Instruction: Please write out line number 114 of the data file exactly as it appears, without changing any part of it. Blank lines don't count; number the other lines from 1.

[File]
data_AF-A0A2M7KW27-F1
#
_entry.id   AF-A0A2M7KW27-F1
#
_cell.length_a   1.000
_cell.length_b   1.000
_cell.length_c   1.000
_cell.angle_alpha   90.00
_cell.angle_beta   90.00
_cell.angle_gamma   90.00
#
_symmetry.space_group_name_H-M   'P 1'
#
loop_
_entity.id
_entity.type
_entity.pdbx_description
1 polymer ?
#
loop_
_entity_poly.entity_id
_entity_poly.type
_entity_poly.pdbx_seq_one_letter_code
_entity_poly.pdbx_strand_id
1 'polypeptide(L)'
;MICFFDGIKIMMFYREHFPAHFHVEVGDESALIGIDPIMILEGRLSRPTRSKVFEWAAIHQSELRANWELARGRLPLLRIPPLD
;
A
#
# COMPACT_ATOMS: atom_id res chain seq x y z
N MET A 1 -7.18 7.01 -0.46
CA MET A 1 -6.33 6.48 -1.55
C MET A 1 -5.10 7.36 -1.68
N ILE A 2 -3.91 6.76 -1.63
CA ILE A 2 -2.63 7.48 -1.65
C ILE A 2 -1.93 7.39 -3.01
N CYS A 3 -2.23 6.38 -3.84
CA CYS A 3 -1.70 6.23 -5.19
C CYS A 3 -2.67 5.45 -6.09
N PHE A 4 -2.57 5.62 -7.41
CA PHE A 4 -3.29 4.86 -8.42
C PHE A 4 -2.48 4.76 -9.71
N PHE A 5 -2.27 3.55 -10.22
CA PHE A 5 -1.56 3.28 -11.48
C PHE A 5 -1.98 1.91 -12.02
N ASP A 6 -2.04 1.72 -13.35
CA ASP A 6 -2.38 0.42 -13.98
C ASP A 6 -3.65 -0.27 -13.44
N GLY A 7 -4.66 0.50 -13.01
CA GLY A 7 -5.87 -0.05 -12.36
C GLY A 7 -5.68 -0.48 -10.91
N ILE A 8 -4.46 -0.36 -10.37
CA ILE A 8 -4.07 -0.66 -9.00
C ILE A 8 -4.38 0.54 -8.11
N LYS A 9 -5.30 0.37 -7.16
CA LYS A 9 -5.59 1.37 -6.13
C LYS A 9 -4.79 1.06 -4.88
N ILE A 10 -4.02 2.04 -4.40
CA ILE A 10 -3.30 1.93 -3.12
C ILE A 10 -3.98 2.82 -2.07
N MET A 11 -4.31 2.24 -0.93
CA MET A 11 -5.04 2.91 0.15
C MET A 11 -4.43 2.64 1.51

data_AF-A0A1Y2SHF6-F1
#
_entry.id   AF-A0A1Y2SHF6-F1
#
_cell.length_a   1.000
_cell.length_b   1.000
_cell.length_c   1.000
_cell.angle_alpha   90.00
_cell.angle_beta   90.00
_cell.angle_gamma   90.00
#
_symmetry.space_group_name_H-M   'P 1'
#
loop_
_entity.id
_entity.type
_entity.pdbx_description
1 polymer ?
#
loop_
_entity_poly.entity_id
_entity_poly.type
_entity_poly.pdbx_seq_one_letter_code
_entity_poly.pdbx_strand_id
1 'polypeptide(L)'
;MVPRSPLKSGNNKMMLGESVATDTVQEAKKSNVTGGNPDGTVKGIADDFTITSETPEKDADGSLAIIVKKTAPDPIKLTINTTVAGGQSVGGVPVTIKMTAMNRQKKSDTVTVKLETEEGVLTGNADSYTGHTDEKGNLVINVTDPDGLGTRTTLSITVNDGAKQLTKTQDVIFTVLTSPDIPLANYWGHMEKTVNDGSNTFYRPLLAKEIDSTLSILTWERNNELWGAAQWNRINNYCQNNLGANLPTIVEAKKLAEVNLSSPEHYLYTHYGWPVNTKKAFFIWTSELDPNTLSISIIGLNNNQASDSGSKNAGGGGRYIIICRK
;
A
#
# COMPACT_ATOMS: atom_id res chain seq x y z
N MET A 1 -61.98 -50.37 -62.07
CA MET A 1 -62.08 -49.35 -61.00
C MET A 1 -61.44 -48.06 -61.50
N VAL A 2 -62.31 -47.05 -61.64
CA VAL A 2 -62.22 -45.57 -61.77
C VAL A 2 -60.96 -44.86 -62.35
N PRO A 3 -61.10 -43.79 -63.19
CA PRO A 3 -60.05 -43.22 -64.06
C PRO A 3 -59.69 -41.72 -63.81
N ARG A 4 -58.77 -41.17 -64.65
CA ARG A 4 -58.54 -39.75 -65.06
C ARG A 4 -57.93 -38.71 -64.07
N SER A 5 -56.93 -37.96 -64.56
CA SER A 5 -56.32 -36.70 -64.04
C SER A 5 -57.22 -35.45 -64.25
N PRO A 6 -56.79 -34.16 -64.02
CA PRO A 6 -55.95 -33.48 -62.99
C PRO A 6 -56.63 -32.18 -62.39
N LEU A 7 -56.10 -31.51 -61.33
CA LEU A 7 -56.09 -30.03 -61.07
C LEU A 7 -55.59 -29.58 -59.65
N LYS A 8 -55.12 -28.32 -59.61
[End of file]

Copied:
C LEU A 7 -55.59 -29.58 -59.65